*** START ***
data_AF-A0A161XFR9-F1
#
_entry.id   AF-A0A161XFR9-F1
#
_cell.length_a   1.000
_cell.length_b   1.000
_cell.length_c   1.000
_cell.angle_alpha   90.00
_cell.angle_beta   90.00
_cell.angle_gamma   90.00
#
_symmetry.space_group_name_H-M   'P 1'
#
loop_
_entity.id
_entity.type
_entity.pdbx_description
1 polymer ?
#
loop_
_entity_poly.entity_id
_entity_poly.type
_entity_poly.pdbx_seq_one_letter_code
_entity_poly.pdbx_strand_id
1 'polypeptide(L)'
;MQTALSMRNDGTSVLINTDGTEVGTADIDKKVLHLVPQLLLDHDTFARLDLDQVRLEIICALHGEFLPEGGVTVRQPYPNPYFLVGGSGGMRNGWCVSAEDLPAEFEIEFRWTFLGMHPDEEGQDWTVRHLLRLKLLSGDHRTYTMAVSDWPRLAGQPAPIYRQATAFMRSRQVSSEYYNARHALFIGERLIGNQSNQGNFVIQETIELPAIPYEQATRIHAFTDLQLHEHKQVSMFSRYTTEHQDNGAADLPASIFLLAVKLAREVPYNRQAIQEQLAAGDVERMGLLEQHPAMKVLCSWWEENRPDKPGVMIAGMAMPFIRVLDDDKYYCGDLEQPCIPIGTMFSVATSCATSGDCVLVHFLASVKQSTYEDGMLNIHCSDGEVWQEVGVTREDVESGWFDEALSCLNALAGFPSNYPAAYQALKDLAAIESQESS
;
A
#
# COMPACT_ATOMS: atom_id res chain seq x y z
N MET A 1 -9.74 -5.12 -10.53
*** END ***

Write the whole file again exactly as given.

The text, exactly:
data_AF-A0A161XFR9-F1
#
_entry.id   AF-A0A161XFR9-F1
#
_cell.length_a   1.000
_cell.length_b   1.000
_cell.length_c   1.000
_cell.angle_alpha   90.00
_cell.angle_beta   90.00
_cell.angle_gamma   90.00
#
_symmetry.space_group_name_H-M   'P 1'
#
loop_
_entity.id
_entity.type
_entity.pdbx_description
1 polymer ?
#
loop_
_entity_poly.entity_id
_entity_poly.type
_entity_poly.pdbx_seq_one_letter_code
_entity_poly.pdbx_strand_id
1 'polypeptide(L)'
;MQTALSMRNDGTSVLINTDGTEVGTADIDKKVLHLVPQLLLDHDTFARLDLDQVRLEIICALHGEFLPEGGVTVRQPYPNPYFLVGGSGGMRNGWCVSAEDLPAEFEIEFRWTFLGMHPDEEGQDWTVRHLLRLKLLSGDHRTYTMAVSDWPRLAGQPAPIYRQATAFMRSRQVSSEYYNARHALFIGERLIGNQSNQGNFVIQETIELPAIPYEQATRIHAFTDLQLHEHKQVSMFSRYTTEHQDNGAADLPASIFLLAVKLAREVPYNRQAIQEQLAAGDVERMGLLEQHPAMKVLCSWWEENRPDKPGVMIAGMAMPFIRVLDDDKYYCGDLEQPCIPIGTMFSVATSCATSGDCVLVHFLASVKQSTYEDGMLNIHCSDGEVWQEVGVTREDVESGWFDEALSCLNALAGFPSNYPAAYQALKDLAAIESQESS
;
A
#
# COMPACT_ATOMS: atom_id res chain seq x y z
N MET A 1 -9.74 -5.12 -10.53